This short post features the next three items in the Mage's Study. The fancy desk includes quill pen with ink bottle, hourglass complete with sand/translucent glass, and a scroll with double leather case.
In December of '77,while working on a small tower, I wrote in the Diary of the Geomancer Mordacai Vision, about his master:
"My father, Malistaire has finished work on his study, an opulent room with flowing hand-carved timbers hanging down from the ceiling, and bookcases stuffed with a wealth of knowledge. The central feature; a podium with radiating arms from the base and a set of small pillars topped by dual candles. Blue to match his eyes, the bastard!"
First, a shout-out to Oculus Orbus, a fellow Blogger (whose Blog you can find in my Gossip Section) and friend from Dragonsfoot whom turned me on to resizing my images for easier/faster viewing/loading. I'll have to go through and re-size everything, but the first page of posts has been edited, so a big old "Humpity-Hump" to O.o. for the not-so-subtle suggestion. 8)
[Continued from the last post]
Today I've finished up the last of 18 specific items for the Torture Chamber, these last three items are shown below, including a fire-pit, bench and finishing touch, a Guillotine.
Closeup of the Guillotine:
At some point in the next day or so, I'll put together a full Torture Chamber, and make it Modular for easy insertion into any dungeon. From here I believe I can safely move on to detailing the next room - an Alchemists/Sage/Mage Laboratory.
Next up is a small grouping that includes two similar style tables, one designed as a fancier desk, and the second fits into the Torture Chamber - and includes some details.
Lastly (for this post) is a Strappado, Brazier (with grate for heating instruments), and everyone's favorite, the classic Rack
The Strappado is a variant of the Rack, although in use traditionally the victim's hands are tied behind his back and
then suspended in the air by means of a rope attached to wrists, which most
likely dislocates both arms.
The whole point of this project (aha, he finally gets to it!) was to cut out creating the perspective maps in Sketchup, and then turning around and recreating them in Dungeonographer, essentially doubling my workload.
Ideally, I always wanted a set of icons that would be 3D/Perspective
capable, and with the snap of a finger (or in this case, button) they
would also represent (loosely) the classic blue icons from my
Certainly there are other software packages out there that are capable of rendering in perspective, like 3D Studio Max, Cinema 4D, Maya, and Z Brush to name a few, but Sketchup has that capability by doing two quick steps, after creating the models:
1) Switch to Camera/Top View
2) Turn off Twin Perspective
So the same Icons go from this:
and from this:
While the aforementioned software packages can create all of these items, in my humble opinion, what sets Sketchup apart is the simplicity of the learning curve and in all honesty how quickly I've created the various items shown in these last few posts. Not to mention all of the 3D perspective maps made with Sketchup that have been showcased on this blog.
A clearer understanding of what I'm trying to accomplish comes when showing a mini-dungeon in both perspective and classic top down view:
Naturally, a couple items need to be addressed (with possible solutions) for both views.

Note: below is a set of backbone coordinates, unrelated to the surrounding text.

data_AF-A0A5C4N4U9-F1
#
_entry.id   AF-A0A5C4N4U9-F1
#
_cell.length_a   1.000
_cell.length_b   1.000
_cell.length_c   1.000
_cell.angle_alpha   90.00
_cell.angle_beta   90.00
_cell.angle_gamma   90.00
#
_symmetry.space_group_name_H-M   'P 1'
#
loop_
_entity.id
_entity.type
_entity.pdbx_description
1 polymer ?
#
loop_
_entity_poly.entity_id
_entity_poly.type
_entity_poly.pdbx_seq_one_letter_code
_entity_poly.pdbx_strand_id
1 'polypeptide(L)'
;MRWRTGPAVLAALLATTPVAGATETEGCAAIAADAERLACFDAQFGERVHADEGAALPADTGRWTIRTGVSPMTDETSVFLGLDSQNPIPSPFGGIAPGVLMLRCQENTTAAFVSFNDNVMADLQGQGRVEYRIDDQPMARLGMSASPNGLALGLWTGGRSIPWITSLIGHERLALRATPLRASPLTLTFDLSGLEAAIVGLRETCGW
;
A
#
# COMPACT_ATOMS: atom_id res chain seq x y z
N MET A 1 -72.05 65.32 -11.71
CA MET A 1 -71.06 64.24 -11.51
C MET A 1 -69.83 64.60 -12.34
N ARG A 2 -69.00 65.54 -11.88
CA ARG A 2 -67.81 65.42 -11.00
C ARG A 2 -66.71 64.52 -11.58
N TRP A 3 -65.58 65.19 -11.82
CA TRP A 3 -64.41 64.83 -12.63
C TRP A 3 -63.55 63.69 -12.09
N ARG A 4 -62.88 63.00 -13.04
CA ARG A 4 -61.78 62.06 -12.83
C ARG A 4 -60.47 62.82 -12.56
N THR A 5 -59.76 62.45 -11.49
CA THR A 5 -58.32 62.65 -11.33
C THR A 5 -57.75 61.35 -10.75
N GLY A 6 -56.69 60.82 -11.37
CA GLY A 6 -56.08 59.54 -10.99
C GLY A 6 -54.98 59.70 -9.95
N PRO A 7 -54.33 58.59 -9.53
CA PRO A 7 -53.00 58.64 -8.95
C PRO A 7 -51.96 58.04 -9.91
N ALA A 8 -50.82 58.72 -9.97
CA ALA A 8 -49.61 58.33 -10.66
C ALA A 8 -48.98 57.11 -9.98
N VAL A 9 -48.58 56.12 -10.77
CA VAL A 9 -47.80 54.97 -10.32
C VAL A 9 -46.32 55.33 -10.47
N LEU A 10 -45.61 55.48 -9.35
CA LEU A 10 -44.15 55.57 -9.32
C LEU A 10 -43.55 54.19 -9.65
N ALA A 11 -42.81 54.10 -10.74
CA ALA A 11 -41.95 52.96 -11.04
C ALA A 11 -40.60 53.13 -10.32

Top Down items of note: 1) I need to create a wall feature that shows the top of the door. Otherwise, what type of door is in place is lost by the wall above it.
I created doors by themselves, but decided to add in a wall frame around them. I'm thinking creating a 6 foot wall on either side (to match the door height) will solve this issue.
2) Steps need to have arrows showing direction, i.e., down/up - for clarity.
Draw in an arrow in Paint Shop Pro - quick and painless
3) In the case of the ladder in the Northwest quadrant - which leads upward to a coffin/chest, I need to draw in the elevation change at that point on the top down map.
Add in elevation change in Paint Shop Pro - quick and painless
Perspective items of note:
1) The obvious drawback is that a single perspective map can show everything the top down view does, IF proper planning is done. Case in point is the 10' stairs leading down to the locked prison door, without rotating the view to a higher angle, it is lost behind the wall.
While there isn't a quick solution. I've been experimenting with different views, and where a special detail is lost, a combination of both Perspective and Top Down map shown together essentially clears up any misunderstanding. The other solution to this issue is to try and find an angle that shows all features in the dungeon.
The other consideration is to build a dungeon for perspective mode with the highest points at the top of the map, and deeper points to the south, for easier presentation.
In closing, I've had a blast creating the various items and mimicking the Classic Blue Icons. I'll continue to use Dungeonographer for special designs (because its simple and fast/flexible) but now having the capability to produce all of my maps with classic icons/furniture/features goes a long way towards finishing The Castle of The Bloated One, and gets it one step closer to publication.
Many thanks for the feedback you guys have been leaving, and for continuing to follow my meager offerings.
For the past few weeks, in between working on the Forge of Moradin (seen below), I've been slowly building a library of objects in Sketchup for use as Dungeon artifacts. The premise for this comes from my desire to push the envelope in mapping "The Castle of The Bloated One" in both traditional top down and perspective views.
My vision was to take the same Classical Blue Icons from the 1970's (shown below, in part) and update them:
I started with doors, focusing on 2 main types, wood and stone. Figuring at some point I could add more types if the need arose.